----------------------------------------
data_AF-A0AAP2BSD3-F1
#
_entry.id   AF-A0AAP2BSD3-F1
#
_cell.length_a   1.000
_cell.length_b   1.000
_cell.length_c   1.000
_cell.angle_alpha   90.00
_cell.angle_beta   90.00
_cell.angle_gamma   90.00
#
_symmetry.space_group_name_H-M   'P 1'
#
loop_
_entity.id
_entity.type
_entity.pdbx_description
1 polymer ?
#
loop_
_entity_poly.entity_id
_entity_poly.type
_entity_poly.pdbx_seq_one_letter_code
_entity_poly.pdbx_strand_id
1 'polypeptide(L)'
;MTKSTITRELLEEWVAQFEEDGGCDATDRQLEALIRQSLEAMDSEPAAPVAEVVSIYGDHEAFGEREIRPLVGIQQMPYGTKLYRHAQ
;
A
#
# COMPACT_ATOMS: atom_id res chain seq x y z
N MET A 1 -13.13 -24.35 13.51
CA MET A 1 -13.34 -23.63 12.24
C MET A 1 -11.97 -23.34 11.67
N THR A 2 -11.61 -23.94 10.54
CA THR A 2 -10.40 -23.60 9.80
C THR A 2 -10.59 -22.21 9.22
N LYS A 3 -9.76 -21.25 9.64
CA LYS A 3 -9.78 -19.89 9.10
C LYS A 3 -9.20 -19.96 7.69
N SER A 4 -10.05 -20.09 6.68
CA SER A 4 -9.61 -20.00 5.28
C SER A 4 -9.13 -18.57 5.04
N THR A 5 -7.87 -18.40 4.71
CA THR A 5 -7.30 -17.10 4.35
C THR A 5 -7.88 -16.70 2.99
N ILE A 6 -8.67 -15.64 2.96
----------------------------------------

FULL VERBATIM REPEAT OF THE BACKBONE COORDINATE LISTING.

data_AF-A0AAP2BSD3-F1
#
_entry.id   AF-A0AAP2BSD3-F1
#
_cell.length_a   1.000
_cell.length_b   1.000
_cell.length_c   1.000
_cell.angle_alpha   90.00
_cell.angle_beta   90.00
_cell.angle_gamma   90.00
#
_symmetry.space_group_name_H-M   'P 1'
#
loop_
_entity.id
_entity.type
_entity.pdbx_description
1 polymer ?
#
loop_
_entity_poly.entity_id
_entity_poly.type
_entity_poly.pdbx_seq_one_letter_code
_entity_poly.pdbx_strand_id
1 'polypeptide(L)'
;MTKSTITRELLEEWVAQFEEDGGCDATDRQLEALIRQSLEAMDSEPAAPVAEVVSIYGDHEAFGEREIRPLVGIQQMPYGTKLYRHAQ
;
A
#
# COMPACT_ATOMS: atom_id res chain seq x y z
N MET A 1 -13.13 -24.35 13.51
CA MET A 1 -13.34 -23.63 12.24
C MET A 1 -11.97 -23.34 11.67
N THR A 2 -11.61 -23.94 10.54
CA THR A 2 -10.40 -23.60 9.80
C THR A 2 -10.59 -22.21 9.22
N LYS A 3 -9.76 -21.25 9.64
CA LYS A 3 -9.78 -19.89 9.10
C LYS A 3 -9.20 -19.96 7.69
N SER A 4 -10.05 -20.09 6.68
CA SER A 4 -9.61 -20.00 5.28
C SER A 4 -9.13 -18.57 5.04
N THR A 5 -7.87 -18.40 4.71
CA THR A 5 -7.30 -17.10 4.35
C THR A 5 -7.88 -16.70 2.99
N ILE A 6 -8.67 -15.64 2.96